In This Article Expand or collapse the "in this article" section Sublethal Predation

  • Introduction
  • Key Works
  • Evolutionary and Theoretical Perspectives
  • Ecology of Sublethal Predation
  • Environmental Impacts on Sublethal Predation
  • Sublethal Predation in the Fossil Record
  • Sublethal Predation among Terrestrial and Freshwater Invertebrates
  • Sublethal Predation among Vertebrates

Ecology Sublethal Predation
Sara Lindsay
  • LAST REVIEWED: 25 September 2023
  • LAST MODIFIED: 25 September 2023
  • DOI: 10.1093/obo/9780199830060-0247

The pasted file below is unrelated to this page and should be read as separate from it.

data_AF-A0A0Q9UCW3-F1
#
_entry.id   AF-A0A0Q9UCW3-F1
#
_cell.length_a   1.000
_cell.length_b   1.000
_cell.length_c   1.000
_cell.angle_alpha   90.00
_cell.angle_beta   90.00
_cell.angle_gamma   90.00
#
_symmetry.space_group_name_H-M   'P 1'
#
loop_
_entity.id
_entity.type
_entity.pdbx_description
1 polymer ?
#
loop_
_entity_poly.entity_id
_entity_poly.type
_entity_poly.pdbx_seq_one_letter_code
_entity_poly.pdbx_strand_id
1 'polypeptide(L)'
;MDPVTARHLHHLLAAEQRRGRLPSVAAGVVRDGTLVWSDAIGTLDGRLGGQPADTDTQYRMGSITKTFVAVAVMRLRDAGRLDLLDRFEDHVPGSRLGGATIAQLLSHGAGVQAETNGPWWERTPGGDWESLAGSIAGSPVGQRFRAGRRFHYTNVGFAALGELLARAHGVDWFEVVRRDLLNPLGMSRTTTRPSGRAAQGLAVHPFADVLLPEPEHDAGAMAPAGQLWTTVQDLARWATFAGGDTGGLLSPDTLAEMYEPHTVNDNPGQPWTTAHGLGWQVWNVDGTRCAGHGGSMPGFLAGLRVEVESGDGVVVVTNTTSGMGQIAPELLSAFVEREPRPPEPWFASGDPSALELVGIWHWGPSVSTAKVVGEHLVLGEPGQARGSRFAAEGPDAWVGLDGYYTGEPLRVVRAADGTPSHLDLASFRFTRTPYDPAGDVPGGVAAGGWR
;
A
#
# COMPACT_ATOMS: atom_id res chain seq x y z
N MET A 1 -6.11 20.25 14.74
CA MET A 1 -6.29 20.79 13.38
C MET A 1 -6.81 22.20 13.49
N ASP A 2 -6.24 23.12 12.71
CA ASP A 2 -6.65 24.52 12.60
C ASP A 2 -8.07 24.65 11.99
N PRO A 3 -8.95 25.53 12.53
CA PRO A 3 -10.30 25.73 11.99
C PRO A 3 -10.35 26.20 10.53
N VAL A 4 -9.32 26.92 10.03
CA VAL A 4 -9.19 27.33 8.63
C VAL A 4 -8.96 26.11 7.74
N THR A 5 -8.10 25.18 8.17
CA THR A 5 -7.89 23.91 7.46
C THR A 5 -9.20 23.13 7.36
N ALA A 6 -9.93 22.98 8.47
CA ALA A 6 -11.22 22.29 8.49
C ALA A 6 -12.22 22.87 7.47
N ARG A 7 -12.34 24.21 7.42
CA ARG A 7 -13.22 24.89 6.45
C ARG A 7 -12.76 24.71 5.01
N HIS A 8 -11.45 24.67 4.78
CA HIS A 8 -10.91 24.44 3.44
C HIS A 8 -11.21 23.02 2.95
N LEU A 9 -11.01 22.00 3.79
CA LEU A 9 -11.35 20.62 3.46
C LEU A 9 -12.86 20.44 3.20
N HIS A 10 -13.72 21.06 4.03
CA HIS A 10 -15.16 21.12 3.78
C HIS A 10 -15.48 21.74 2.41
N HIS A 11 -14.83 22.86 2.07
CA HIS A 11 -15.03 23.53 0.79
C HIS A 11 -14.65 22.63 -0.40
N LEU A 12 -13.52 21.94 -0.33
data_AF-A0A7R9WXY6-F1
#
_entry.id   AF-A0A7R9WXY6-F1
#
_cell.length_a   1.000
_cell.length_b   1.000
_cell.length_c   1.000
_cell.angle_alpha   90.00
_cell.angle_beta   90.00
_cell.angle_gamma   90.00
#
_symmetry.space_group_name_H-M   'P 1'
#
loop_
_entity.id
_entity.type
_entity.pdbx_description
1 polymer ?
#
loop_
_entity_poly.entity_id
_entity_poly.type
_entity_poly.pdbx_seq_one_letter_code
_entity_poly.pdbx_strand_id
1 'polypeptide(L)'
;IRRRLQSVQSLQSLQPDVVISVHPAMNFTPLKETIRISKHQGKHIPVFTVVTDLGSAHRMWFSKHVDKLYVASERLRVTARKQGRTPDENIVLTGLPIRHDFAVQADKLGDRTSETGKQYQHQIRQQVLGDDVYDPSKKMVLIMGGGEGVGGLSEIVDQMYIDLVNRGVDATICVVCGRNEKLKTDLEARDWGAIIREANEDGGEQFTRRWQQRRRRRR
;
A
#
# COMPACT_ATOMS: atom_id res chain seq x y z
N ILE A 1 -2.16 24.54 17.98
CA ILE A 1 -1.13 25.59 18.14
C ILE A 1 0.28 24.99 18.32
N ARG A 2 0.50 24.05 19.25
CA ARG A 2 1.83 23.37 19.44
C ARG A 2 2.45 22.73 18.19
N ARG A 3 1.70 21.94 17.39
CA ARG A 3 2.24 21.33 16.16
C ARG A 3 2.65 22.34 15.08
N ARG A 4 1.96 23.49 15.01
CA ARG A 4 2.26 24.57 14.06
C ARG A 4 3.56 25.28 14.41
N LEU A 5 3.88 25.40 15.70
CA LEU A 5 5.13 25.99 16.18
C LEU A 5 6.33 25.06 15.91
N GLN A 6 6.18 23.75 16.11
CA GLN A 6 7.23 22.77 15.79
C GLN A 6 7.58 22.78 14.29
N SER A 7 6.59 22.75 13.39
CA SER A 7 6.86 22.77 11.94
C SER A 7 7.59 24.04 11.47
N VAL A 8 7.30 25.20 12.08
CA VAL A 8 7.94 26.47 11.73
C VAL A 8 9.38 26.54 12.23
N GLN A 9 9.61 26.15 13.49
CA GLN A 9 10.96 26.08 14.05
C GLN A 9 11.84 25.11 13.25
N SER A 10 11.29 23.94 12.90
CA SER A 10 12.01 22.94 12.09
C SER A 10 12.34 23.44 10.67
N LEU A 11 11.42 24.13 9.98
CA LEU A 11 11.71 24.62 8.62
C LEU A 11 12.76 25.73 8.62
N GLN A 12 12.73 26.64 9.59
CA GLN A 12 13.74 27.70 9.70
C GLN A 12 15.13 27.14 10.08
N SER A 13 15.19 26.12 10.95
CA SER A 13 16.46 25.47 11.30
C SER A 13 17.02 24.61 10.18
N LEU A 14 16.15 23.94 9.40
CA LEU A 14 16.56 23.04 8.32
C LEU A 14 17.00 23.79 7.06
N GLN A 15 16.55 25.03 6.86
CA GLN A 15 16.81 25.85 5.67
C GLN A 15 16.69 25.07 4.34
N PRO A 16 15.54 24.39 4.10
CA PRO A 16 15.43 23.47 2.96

Sublethal predation is distinguished from lethal predation by survival of the prey. Predators may injure or only partially consume prey, and such injury and loss of biomass can influence the condition, behavior, growth, reproduction and ultimate survival of the prey. Sublethal predation is widespread among terrestrial, aquatic, and marine habitats, and the fossil record is replete with examples of trace fossils, scarred appendages, drilled and repaired shells that have been attributed to sublethal predation. Some animals cast off body parts in response to attempted or threatened predation (e.g., lizard tails, crab claws, brittlestar arms), and such autotomy has costs and benefits for individuals and influences ecological interactions. Regeneration, or regrowth of lost tissues, is a common response to injury caused by sublethal predation, autotomy, and other sources, although the ability to regenerate is highly variable across taxa. Considerable research has been focused on understanding the mechanisms and evolution of regeneration and this has been informed by the many reports of regeneration by taxonomically diverse animals as a response to sublethal predation. Sublethal predation has several synonyms. It has been described as grazing, browsing or cropping, especially with reference to plants, but also with reference to marine infauna; as incomplete predation, often in reference to fossils; as partial predation; and as unsuccessful predation. In this bibliography, parasitism is not considered sublethal predation, although some interesting examples of interacting effects of parasitism and sublethal predation will be discussed. Just as predation is a significant selective force, sublethal predation can have profound impacts on the ecology and evolution of organisms. This bibliography will highlight the evolutionary context of sublethal predation, including evidence for sublethal predation in the fossil record, its role in ecological interactions, ways in which environmental factors influence sublethal predation and organisms’ responses to it, and finally, provide an introduction to research on sublethal predation among major taxa that experience it. The works cited were selected to provide examples from multiple perspectives and to highlight both foundational work and more recent investigations.